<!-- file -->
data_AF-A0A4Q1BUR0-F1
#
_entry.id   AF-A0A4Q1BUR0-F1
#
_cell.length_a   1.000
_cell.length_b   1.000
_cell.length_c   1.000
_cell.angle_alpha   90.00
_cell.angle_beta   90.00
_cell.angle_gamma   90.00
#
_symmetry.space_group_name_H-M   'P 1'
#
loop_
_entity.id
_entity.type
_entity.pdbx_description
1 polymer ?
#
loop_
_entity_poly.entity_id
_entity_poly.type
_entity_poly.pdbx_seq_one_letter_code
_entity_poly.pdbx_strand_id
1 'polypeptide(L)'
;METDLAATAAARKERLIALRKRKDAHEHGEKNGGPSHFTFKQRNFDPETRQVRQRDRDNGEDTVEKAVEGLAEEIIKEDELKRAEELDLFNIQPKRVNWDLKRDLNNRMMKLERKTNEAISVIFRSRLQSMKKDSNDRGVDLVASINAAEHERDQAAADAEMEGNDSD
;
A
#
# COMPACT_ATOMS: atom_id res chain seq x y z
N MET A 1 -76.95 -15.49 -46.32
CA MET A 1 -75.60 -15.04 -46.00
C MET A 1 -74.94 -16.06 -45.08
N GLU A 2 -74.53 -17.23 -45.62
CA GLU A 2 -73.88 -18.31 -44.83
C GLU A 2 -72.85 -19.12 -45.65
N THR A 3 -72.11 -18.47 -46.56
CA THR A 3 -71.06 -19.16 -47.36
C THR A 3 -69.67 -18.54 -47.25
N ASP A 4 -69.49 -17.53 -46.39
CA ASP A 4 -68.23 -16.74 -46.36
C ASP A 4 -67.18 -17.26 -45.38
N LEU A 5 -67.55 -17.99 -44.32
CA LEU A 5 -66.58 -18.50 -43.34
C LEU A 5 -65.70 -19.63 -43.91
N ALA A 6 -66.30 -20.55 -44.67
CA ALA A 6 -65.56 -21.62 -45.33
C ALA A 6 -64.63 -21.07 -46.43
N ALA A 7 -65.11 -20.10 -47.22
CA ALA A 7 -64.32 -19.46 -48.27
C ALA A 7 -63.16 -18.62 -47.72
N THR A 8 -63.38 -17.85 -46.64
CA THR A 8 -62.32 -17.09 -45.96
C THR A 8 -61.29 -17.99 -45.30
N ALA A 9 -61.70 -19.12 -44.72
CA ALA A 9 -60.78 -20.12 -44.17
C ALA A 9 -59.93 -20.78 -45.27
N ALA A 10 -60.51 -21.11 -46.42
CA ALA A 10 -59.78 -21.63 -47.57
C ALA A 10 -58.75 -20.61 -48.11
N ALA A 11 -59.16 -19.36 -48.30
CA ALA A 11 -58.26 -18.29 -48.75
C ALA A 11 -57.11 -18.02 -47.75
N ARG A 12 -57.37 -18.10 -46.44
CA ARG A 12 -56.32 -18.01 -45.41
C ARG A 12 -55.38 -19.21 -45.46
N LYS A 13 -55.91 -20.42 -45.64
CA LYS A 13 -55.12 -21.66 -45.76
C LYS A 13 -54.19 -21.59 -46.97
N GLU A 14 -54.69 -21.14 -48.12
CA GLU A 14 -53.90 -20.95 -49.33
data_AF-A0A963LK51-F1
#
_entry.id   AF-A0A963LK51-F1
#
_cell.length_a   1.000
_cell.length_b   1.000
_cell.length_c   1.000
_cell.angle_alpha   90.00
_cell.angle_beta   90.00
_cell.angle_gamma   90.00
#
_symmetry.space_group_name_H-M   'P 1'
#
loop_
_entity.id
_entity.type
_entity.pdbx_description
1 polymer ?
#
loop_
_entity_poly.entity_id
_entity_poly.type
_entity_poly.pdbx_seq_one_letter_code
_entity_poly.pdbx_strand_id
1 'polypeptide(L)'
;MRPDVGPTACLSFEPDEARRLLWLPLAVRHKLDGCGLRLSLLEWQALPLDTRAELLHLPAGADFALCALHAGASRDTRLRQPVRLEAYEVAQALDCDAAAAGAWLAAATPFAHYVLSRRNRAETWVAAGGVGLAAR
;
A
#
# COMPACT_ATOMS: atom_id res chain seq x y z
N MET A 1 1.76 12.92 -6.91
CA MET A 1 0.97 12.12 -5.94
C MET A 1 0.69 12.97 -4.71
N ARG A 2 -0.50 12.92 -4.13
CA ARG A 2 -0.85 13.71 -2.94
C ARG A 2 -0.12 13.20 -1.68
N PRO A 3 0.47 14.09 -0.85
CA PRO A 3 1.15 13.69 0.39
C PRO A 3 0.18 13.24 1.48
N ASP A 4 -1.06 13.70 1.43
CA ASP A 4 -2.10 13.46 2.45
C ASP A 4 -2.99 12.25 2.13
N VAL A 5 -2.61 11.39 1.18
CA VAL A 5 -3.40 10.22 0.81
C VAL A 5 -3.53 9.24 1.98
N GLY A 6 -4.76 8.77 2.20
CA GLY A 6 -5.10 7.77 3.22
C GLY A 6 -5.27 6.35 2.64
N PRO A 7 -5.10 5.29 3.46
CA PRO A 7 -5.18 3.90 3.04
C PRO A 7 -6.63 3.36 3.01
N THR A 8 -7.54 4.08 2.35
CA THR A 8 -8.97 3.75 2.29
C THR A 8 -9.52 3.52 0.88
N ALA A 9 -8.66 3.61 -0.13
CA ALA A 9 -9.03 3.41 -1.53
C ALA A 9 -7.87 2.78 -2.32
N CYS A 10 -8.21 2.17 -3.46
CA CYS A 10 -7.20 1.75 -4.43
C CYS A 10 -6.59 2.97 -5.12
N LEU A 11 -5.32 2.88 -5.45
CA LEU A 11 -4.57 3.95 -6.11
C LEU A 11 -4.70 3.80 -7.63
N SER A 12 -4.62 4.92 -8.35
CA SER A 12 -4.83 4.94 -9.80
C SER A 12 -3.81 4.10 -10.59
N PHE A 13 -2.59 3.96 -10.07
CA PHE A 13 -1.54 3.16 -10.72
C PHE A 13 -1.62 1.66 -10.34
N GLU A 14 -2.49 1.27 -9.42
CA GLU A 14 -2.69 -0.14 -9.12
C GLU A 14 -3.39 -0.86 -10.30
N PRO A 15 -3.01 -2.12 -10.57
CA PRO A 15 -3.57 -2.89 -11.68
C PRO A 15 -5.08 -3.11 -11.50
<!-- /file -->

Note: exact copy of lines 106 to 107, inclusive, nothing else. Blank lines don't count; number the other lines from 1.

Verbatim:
CA ARG A 2 -0.85 13.71 -2.94
C ARG A 2 -0.12 13.20 -1.68